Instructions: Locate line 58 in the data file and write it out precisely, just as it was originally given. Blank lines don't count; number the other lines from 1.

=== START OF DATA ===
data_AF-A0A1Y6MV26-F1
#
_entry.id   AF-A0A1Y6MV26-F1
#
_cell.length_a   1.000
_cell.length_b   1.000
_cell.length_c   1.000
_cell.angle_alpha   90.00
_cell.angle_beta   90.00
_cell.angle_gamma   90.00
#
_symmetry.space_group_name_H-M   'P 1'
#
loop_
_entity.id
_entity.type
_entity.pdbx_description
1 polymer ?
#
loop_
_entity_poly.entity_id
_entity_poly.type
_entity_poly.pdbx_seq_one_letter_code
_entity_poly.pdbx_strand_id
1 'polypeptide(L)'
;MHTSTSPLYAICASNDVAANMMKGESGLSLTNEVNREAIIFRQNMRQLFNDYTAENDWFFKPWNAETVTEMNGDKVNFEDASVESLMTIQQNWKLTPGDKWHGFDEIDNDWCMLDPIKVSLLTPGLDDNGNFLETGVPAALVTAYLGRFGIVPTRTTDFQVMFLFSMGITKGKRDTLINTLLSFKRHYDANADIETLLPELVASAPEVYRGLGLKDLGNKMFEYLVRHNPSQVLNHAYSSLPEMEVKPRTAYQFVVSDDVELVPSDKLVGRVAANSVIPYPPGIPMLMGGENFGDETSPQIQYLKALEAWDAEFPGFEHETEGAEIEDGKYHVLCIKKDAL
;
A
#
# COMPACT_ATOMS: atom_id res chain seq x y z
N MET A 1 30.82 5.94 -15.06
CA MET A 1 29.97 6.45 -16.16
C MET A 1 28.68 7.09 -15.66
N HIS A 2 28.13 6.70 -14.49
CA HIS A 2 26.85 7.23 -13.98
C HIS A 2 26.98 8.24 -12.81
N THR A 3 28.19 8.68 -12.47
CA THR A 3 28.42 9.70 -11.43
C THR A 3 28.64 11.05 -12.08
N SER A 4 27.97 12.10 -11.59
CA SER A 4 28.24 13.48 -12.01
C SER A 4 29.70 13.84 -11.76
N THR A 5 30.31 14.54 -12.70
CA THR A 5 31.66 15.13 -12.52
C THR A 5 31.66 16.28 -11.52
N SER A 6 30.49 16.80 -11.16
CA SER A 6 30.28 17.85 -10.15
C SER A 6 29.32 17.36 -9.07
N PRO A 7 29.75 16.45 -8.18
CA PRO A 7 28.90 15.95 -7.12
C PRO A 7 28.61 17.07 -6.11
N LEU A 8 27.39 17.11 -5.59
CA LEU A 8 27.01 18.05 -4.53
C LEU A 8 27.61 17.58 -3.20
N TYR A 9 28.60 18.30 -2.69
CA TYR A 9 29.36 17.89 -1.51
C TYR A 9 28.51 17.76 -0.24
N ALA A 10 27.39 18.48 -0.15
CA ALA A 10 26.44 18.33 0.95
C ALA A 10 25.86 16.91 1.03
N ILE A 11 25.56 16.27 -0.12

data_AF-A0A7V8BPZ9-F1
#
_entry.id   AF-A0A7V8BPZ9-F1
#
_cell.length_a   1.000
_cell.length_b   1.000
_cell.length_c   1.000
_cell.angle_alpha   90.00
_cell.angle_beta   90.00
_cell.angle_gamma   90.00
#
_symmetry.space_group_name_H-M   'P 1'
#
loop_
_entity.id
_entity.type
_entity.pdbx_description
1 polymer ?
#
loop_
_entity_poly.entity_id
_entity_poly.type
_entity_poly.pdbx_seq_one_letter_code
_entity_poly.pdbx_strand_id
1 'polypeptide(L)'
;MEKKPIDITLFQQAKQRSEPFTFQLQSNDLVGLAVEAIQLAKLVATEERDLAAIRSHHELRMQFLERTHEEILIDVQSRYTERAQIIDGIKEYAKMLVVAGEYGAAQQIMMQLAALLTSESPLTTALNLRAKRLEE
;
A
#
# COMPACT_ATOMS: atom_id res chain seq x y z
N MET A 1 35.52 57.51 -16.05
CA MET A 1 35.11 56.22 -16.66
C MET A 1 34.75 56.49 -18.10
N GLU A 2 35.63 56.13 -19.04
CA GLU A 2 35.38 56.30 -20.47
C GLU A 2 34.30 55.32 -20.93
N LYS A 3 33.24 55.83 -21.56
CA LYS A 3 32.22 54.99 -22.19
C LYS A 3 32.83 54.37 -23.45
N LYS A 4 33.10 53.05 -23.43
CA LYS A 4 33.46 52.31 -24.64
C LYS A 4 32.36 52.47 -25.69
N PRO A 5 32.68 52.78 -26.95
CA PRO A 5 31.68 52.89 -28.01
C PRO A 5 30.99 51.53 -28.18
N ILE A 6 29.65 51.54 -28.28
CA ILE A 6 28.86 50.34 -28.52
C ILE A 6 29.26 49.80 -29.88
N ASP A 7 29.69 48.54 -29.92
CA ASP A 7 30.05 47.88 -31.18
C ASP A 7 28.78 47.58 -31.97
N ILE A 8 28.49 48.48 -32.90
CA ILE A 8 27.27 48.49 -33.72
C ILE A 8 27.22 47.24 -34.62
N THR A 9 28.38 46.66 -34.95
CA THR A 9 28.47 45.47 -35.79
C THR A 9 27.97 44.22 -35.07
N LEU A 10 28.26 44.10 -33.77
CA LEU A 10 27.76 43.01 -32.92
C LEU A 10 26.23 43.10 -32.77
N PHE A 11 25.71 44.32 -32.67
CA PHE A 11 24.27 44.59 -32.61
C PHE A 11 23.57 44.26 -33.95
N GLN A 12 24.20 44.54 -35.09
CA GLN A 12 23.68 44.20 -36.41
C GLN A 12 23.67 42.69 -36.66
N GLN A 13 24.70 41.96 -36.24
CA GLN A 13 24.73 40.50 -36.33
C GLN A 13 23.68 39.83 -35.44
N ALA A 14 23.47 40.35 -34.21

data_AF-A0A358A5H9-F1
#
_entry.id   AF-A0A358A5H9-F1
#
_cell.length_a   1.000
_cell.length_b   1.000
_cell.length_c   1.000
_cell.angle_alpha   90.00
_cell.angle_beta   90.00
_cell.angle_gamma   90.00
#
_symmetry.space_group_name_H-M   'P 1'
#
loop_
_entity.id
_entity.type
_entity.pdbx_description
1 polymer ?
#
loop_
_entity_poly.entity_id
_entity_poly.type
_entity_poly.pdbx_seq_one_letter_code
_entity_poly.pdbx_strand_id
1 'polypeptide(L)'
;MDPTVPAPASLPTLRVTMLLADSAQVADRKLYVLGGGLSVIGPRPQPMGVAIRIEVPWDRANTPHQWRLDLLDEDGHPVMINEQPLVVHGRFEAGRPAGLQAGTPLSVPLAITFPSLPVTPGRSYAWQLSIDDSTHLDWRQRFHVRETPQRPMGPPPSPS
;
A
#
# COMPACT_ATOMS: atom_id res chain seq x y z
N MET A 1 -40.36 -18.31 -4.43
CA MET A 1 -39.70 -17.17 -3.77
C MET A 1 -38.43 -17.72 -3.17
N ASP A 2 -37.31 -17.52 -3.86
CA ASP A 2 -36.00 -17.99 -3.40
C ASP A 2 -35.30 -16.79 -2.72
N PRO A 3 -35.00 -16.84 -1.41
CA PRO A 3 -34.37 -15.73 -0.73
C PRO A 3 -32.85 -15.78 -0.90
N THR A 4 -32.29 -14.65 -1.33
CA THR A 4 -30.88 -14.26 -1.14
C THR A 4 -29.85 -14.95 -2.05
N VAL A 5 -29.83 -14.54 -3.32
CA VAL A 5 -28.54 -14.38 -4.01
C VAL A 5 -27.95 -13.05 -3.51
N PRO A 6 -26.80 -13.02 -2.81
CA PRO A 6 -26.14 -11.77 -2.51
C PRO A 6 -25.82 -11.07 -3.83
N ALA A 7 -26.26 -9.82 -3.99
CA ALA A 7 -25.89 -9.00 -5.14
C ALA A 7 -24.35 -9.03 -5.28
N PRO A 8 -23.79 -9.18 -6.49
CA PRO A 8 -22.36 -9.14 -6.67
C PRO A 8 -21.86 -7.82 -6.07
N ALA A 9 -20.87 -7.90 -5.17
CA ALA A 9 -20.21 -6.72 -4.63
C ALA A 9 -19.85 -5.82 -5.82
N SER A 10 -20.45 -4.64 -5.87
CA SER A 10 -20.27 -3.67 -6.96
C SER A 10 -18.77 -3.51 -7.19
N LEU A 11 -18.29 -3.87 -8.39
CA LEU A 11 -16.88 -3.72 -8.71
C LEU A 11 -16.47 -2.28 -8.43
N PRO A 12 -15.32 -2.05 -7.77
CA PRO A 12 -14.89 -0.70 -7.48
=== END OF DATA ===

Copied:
N ALA A 10 27.39 18.48 -0.15